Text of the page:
Police Officer’s Defamation Suit Over Claims That Circled-Finger Sign Was “White Supremacist” Dismissed
There’s finally a substantive decision in Olthaus v. Niesen, the case in which I argued before the Ohio Supreme Court challenging a pretrial prior restraint on defendant’s publishing plaintiff’s name, and in which my invaluable pro bono counsel Jeffrey M. Nye (Stagnaro, Saba & Patterson) argued on my behalf challenging plaintiff’s pseudonymity and the sealing of his affidavit. Here’s the heart of last week’s opinion by Judge Megan Shanahan in Olthaus v. Niesen:
Following the death of George Floyd, racial tensions were high throughout our country. Responding to public protests on policing in Cincinnati, Cincinnati City Council scheduled a series of public meetings in the summer of 2020 to hear from constituents. On June 24, 2020, during one such meeting, Plaintiff, a uniformed police officer, was assigned to City Hall to provide police services including crowd control and security for City Council’s chambers.
During that meeting, Plaintiff gave a hand signal that was interpreted by some as a “white supremacist” hand signal. According to Plaintiff, the hand signal was intended as an “okay” signal in response to an inquiry after a fellow officer that had just left the scene. The next day, through social media and filing a complaint with the Citizen’s Complaint Authority, Defendants commented upon the hand signal and upon Plaintiff.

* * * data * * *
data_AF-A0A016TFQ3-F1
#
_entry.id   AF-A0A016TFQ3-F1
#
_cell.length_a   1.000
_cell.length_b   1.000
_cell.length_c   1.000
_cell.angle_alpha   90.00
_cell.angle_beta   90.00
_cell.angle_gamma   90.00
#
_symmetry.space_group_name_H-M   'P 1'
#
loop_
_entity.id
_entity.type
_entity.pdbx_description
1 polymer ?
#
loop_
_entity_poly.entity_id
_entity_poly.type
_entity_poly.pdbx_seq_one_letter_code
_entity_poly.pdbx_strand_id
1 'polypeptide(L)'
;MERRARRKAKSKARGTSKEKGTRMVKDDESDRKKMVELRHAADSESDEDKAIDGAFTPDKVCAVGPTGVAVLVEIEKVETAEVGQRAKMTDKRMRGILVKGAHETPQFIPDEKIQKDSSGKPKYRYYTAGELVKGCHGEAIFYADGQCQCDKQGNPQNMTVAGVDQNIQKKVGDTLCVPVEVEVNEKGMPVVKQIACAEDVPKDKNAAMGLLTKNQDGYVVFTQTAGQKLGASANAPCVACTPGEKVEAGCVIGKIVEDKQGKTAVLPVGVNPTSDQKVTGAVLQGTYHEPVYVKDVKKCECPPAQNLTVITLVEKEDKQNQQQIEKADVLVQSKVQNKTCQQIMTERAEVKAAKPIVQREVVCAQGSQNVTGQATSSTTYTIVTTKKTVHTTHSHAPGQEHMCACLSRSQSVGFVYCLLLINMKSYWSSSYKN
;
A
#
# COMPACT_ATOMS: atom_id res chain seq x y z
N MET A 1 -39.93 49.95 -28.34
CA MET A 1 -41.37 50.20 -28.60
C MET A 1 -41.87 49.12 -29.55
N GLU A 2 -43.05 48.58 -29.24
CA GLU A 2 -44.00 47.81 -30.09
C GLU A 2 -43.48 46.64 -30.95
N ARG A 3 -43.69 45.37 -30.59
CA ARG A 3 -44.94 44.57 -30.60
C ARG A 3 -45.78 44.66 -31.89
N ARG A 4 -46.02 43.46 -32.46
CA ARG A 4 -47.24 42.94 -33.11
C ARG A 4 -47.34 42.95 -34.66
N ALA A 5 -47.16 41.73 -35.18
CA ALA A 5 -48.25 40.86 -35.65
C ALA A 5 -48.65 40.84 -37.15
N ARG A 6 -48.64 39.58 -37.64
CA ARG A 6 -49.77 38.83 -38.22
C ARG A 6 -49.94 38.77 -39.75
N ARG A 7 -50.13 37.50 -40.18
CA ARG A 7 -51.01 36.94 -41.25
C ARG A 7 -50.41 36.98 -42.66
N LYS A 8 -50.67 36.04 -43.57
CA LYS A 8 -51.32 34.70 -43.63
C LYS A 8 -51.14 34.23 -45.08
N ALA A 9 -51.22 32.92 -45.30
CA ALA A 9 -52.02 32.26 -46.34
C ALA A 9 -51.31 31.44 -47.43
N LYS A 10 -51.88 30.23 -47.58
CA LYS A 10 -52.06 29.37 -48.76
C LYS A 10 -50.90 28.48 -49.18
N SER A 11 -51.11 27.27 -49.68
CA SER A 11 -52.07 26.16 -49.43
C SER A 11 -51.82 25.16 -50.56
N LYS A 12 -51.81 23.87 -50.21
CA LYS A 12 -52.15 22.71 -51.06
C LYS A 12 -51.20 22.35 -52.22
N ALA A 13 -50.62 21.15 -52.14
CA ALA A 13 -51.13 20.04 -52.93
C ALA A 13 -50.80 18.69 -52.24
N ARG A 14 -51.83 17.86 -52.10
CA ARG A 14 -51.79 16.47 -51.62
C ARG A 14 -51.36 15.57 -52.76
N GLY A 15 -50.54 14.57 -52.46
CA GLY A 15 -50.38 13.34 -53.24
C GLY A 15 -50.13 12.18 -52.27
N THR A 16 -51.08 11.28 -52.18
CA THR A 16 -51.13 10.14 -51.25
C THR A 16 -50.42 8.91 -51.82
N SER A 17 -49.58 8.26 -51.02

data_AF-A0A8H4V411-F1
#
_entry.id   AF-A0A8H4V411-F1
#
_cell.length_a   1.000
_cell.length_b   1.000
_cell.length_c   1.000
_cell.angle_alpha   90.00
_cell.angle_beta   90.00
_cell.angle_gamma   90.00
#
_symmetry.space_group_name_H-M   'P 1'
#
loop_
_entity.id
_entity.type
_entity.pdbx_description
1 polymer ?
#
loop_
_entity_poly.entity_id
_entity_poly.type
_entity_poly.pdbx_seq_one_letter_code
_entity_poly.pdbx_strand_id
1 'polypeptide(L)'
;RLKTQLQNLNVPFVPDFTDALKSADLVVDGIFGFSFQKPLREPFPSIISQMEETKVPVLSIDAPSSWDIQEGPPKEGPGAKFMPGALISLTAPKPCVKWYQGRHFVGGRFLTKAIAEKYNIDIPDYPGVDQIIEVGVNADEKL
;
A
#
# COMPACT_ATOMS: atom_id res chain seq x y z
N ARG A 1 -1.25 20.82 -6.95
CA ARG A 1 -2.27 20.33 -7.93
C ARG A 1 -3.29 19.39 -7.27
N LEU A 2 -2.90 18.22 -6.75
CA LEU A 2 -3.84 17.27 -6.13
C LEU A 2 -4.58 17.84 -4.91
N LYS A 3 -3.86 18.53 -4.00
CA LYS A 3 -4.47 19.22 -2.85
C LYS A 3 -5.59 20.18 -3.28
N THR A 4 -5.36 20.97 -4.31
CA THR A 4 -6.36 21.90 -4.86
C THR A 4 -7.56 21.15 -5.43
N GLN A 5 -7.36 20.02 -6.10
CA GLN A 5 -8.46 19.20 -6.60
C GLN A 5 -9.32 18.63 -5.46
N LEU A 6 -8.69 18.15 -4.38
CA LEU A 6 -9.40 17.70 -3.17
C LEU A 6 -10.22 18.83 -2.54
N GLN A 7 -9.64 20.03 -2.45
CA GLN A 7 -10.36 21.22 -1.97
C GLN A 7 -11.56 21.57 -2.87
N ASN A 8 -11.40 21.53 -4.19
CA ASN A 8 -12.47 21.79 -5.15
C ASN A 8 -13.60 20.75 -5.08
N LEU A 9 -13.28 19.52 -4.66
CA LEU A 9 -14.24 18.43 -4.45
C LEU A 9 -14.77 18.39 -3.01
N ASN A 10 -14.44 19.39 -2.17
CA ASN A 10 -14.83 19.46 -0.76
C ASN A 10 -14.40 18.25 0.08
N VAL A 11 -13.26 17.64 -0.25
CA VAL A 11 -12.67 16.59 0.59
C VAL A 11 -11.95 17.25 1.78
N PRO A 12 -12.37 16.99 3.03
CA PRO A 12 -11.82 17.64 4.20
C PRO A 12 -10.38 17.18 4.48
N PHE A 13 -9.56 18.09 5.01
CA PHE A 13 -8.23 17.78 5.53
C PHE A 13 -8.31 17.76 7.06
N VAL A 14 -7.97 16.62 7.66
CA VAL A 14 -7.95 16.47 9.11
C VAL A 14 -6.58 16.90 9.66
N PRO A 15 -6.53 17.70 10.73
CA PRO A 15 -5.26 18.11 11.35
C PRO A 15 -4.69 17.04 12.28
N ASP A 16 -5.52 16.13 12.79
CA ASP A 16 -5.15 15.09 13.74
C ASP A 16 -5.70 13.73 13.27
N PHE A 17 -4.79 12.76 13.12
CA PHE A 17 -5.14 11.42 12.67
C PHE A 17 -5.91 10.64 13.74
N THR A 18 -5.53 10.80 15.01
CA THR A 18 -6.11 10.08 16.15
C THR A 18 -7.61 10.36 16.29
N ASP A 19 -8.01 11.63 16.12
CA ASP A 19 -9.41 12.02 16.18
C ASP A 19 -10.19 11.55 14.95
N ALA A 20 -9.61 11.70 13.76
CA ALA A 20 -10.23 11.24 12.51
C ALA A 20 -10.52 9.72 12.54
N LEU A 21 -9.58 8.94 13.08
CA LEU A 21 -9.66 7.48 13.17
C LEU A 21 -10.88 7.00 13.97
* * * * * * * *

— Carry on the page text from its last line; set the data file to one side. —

Plaintiff filed a lawsuit [for, among other things, defamation -EV] to restrain Defendants from publishing derogatory comments about him and to prevent them from publishing information about his family. Plaintiff maintains that he gave the universal hand signal for “okay” and that Defendants misinterpreted the signal as a “white power” sign. He argues that being called a white supremacist cop casts him as the worst kind of villain in today’s society, damaging his professional and personal reputations and career, and threatening his safety and the safety of his family, colleagues, and friends….
Plaintiff states that in the current political atmosphere, Defendants’ statements rise above mere opinion and operate as statement of fact. An opinion does not become a statement of fact because of political atmosphere.
The Complaint does not allege actual malice on the part of Defendant Niesen. It alleges Defendants’ acts were malicious but it fails to plead any facts showing that Defendant Niesen made any statement with knowledge of the assertion’s falsity or reckless disregard for its truth. Indeed, the statements were either a) true, or b) opinion.
According to the allegations of the Compl
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